The first authoritative volume on the totality of Buddhism in the West, Westward Dharma establishes a comparative and theoretical perspective for considering the amazing variety of Buddhist traditions, schools, centers, and teachers that have developed outside of Asia. Leading scholars from North America, Europe, South Africa, and Australia explore the plurality and heterogeneity of traditions and practices that are characteristic of Buddhism in the West.
This recent, dramatic growth in Western Buddhism is accompanied by an expansion of topics and issues of Buddhist concern. The contributors to this volume treat such topics as the broadening spirit of egalitarianism; the increasing emphasis on the psychological, as opposed to the purely religious, nature of practice; scandals within Buddhist movements; the erosion of the distinction between professional and lay Buddhists; Buddhist settlement in Israel; the history of Buddhism in internment camps; repackaging Zen for the West; and women's dharma in the West. The interconnections of historical and theoretical approaches in the volume make it a rich, multi-layered resource.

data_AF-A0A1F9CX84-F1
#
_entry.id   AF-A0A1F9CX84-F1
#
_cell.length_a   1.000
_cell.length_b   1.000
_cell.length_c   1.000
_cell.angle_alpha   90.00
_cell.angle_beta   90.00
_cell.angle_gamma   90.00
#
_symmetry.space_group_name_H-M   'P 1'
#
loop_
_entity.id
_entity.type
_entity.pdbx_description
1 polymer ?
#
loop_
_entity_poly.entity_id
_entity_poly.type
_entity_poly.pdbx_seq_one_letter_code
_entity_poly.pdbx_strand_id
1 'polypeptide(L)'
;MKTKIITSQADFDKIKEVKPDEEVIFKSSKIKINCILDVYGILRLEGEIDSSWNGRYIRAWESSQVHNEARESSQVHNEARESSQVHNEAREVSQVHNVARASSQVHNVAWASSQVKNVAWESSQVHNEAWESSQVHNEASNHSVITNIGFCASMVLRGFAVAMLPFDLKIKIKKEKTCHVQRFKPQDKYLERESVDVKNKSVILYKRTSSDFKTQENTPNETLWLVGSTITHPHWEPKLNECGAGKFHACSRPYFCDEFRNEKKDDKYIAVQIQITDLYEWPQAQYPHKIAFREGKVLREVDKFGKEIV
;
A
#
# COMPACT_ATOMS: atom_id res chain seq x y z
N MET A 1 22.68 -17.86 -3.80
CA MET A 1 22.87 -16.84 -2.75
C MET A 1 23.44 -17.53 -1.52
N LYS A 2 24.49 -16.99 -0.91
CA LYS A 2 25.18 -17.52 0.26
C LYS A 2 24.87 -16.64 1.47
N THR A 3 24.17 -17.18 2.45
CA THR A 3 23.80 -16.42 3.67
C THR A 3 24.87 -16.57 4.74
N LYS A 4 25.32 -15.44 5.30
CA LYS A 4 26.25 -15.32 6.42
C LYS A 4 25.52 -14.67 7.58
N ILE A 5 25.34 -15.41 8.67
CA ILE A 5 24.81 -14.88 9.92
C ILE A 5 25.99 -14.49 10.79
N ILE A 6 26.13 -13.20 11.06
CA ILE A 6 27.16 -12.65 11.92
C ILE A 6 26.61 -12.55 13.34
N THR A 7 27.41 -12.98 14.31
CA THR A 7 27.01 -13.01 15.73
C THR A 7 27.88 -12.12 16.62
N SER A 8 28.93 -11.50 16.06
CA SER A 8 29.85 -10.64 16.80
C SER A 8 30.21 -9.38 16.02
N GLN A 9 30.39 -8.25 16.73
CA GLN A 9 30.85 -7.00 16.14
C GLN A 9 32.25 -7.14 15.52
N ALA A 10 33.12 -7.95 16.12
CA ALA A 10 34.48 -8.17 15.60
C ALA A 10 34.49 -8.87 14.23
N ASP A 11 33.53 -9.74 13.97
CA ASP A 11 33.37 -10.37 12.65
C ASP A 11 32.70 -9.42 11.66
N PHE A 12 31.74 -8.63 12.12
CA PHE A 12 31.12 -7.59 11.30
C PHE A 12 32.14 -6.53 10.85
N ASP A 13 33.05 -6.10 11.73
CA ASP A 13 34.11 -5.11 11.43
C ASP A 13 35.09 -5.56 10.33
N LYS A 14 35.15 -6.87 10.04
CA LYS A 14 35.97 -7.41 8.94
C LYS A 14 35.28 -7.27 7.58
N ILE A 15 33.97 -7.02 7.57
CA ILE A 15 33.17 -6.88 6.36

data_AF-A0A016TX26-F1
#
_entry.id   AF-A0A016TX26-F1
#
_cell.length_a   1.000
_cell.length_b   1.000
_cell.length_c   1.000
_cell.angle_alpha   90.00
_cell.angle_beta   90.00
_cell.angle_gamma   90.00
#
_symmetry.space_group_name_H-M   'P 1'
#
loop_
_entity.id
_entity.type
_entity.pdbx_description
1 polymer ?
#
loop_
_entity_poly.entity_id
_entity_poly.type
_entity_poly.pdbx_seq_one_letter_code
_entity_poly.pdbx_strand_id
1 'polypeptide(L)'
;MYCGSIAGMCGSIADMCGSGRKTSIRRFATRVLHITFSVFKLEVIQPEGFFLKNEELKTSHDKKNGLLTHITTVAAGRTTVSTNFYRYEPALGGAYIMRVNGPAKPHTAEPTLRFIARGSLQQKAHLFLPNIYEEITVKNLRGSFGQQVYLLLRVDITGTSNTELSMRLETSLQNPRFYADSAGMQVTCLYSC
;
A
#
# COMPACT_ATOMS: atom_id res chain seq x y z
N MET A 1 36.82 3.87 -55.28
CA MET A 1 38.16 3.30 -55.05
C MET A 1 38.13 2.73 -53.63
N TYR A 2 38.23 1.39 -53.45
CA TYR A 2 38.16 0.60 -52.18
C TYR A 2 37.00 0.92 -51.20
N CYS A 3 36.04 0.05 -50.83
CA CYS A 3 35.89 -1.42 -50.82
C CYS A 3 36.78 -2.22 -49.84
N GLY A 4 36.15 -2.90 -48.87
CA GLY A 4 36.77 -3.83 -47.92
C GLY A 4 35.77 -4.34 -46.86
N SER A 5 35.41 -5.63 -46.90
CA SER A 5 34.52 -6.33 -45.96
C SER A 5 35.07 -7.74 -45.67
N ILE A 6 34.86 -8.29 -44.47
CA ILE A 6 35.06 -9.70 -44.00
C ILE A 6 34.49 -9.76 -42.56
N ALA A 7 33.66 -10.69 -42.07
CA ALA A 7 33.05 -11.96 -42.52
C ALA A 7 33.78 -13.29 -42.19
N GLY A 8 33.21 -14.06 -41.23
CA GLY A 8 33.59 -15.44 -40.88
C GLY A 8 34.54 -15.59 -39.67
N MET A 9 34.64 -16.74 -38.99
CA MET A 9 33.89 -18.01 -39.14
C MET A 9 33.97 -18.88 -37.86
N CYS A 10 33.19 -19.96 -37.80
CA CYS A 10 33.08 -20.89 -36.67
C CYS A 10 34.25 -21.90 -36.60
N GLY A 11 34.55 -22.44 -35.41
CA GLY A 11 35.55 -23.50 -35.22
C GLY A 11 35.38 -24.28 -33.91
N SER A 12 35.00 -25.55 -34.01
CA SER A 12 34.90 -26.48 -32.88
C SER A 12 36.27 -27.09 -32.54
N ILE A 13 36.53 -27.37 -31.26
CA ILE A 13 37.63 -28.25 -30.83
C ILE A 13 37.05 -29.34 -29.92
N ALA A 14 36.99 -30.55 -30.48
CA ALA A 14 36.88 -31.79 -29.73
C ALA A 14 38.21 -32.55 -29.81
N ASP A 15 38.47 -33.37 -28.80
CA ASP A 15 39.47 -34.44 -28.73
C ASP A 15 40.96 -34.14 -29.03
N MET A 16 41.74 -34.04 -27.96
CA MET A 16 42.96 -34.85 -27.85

Westward Dharma Buddhism beyond Asia
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List of ContributorsMartin Baumann is Professor of the History of Religions at the University of Lucerne, Switzerland, and research fellow in the Department of Religious Studies at Hannover University, Germany. His fields of interest are the spread and adaptation of Buddhist and Hindu traditions outside of Asia, diaspora and migrant studies, and the theory and method in the history of religions. He has published extensively on these topics, in both German and English, and is editor of the online Journal of Global Buddhism (http://www.globalbuddhism.org).